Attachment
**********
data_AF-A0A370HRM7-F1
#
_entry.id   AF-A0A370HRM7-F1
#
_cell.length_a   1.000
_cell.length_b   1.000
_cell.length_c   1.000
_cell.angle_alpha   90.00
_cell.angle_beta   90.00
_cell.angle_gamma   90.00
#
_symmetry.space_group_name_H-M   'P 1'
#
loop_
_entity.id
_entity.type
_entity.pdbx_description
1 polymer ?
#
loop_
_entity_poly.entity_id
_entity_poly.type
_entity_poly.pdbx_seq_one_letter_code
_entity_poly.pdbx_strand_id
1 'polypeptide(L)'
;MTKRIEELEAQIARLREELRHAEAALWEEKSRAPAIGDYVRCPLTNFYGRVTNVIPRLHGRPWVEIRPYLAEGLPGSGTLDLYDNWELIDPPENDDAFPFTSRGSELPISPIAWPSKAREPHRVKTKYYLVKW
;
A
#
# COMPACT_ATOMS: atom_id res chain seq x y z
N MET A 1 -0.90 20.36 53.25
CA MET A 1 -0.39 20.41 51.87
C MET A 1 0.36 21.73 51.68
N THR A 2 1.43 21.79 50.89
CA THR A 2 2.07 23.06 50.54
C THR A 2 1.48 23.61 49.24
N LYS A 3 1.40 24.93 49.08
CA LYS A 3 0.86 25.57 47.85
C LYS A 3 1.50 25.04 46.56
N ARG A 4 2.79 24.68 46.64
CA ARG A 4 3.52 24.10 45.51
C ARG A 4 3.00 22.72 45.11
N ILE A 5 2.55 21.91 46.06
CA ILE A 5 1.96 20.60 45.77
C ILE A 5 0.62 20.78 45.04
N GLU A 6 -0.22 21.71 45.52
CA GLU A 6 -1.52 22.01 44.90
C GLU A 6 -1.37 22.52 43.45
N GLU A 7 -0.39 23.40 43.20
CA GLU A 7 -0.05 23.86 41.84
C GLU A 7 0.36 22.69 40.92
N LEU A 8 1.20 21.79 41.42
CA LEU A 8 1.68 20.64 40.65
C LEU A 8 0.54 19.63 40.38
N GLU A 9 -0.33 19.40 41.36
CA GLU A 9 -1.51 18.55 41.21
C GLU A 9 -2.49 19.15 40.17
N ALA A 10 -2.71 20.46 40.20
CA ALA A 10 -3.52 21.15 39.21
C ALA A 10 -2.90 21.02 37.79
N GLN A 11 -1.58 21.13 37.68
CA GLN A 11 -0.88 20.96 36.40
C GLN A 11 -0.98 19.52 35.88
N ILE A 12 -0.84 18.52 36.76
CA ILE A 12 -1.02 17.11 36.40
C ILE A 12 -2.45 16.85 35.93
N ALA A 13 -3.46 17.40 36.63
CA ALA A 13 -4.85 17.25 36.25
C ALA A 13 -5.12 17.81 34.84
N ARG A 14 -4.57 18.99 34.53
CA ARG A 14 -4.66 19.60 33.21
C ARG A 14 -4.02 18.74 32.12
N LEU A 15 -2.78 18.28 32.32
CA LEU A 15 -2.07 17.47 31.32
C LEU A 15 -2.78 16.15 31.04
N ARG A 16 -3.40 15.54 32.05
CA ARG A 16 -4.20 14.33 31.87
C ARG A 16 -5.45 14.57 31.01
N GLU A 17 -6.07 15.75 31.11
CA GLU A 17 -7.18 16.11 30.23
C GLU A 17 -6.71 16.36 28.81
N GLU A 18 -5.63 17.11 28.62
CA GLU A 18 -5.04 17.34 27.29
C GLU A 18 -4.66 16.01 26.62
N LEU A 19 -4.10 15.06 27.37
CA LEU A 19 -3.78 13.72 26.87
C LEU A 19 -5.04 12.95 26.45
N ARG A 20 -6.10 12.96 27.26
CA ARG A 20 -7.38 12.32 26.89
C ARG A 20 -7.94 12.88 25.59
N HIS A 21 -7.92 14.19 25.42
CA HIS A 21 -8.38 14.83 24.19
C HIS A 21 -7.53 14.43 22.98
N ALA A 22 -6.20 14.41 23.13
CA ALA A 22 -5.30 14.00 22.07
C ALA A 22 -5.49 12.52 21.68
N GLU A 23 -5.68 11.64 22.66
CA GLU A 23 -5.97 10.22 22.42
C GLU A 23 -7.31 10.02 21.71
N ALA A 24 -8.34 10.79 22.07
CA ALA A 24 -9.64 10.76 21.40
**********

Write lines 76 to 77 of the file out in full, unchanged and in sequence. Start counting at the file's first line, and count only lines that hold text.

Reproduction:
N ARG A 16 -3.40 15.54 32.05
CA ARG A 16 -4.20 14.33 31.87